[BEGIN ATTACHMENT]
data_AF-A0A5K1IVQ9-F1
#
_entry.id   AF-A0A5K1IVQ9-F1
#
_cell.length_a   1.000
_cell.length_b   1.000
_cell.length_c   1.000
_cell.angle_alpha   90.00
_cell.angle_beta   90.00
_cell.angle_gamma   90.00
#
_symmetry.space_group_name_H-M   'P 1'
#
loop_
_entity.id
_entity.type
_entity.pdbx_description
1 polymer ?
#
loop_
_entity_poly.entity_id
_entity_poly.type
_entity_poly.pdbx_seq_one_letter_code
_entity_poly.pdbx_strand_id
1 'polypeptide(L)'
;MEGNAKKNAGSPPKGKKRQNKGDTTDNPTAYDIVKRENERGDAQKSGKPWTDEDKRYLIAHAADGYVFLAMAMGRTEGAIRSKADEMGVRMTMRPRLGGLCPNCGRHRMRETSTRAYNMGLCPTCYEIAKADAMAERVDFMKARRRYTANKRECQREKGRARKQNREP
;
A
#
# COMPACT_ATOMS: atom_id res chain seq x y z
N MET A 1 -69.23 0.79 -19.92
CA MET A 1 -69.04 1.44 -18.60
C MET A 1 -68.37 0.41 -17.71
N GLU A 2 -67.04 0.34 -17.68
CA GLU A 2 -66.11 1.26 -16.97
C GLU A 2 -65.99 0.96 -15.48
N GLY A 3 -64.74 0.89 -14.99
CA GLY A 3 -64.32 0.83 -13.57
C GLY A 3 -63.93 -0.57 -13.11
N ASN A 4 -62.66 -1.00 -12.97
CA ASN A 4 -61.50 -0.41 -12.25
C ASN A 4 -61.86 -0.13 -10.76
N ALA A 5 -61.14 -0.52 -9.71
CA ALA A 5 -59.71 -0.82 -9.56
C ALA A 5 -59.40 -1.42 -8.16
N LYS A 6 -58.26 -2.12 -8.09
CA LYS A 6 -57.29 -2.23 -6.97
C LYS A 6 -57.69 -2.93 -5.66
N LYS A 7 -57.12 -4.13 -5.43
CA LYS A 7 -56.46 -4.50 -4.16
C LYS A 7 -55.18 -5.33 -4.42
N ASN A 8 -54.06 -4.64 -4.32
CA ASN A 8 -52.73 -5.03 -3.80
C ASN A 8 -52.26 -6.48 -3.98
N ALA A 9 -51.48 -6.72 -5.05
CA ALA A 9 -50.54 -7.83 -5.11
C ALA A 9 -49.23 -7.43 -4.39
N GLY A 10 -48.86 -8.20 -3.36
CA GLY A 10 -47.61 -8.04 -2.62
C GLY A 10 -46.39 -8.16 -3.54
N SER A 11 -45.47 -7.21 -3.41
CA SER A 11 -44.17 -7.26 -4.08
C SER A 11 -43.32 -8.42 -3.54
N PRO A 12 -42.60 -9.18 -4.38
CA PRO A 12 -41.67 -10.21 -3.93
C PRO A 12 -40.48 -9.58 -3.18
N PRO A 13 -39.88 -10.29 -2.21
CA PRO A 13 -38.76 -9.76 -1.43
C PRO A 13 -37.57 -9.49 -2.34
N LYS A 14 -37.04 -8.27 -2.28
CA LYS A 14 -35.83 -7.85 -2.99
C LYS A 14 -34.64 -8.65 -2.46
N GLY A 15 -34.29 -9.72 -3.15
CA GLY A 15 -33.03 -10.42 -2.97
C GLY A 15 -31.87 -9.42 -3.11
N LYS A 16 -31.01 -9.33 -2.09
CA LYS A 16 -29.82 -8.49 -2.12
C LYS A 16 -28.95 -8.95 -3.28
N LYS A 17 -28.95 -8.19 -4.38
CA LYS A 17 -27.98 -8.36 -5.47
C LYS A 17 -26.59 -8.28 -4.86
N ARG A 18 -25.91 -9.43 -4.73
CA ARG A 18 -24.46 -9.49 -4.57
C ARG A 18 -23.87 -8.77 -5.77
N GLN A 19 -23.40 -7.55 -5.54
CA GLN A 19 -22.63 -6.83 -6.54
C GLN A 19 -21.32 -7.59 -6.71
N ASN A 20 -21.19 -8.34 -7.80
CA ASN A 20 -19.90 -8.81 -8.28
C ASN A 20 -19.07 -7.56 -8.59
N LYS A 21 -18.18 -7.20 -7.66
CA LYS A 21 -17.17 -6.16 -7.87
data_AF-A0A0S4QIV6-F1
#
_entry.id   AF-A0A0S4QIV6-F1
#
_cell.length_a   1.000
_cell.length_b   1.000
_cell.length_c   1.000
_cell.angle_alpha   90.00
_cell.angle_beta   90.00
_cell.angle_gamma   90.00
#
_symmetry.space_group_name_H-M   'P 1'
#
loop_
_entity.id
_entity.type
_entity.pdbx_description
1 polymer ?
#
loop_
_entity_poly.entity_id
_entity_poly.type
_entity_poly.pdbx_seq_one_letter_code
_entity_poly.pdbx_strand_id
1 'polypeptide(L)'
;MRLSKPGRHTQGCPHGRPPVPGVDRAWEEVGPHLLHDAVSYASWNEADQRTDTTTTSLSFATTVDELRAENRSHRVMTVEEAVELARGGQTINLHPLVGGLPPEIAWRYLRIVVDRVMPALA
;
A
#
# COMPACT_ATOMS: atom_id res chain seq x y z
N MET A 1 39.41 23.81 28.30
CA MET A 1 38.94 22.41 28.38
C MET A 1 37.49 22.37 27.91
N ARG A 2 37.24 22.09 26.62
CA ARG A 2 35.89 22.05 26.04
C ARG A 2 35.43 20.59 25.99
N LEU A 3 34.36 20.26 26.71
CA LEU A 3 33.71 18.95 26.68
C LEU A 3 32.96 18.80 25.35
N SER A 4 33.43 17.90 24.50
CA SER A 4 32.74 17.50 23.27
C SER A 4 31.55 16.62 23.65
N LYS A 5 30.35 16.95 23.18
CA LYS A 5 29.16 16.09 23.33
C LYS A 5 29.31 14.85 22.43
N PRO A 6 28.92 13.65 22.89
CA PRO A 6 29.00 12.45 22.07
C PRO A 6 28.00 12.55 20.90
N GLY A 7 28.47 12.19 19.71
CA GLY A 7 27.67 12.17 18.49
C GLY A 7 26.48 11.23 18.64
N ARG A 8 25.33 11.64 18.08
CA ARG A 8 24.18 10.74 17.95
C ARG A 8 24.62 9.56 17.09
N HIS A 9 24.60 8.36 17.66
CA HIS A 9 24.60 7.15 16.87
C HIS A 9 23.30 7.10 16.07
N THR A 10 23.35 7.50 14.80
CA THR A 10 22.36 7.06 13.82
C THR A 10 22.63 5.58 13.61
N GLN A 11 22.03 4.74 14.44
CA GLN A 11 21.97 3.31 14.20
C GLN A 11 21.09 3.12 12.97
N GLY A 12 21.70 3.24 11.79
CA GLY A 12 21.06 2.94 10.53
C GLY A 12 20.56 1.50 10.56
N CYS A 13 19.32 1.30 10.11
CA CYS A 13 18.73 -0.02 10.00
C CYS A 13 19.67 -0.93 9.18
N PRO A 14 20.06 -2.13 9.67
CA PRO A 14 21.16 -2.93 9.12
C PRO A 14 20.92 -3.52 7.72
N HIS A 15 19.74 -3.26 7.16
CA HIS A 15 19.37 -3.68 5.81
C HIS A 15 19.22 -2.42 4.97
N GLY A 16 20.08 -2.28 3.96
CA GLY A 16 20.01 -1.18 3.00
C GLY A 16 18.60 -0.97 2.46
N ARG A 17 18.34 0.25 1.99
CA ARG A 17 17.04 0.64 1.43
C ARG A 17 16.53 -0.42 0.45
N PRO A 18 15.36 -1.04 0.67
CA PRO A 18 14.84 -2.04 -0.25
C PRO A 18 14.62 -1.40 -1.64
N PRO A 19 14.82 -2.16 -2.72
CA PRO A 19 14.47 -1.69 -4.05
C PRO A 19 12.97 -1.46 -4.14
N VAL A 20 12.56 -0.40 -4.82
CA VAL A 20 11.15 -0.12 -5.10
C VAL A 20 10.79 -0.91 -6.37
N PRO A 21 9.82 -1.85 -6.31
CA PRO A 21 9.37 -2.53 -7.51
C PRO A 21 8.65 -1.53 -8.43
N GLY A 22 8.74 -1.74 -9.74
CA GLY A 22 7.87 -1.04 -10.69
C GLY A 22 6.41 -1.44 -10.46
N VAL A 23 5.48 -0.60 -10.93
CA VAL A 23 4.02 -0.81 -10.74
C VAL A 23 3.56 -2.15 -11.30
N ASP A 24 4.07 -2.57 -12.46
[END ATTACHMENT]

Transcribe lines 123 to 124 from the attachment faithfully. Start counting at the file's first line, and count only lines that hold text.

N MET A 1 39.41 23.81 28.30
CA MET A 1 38.94 22.41 28.38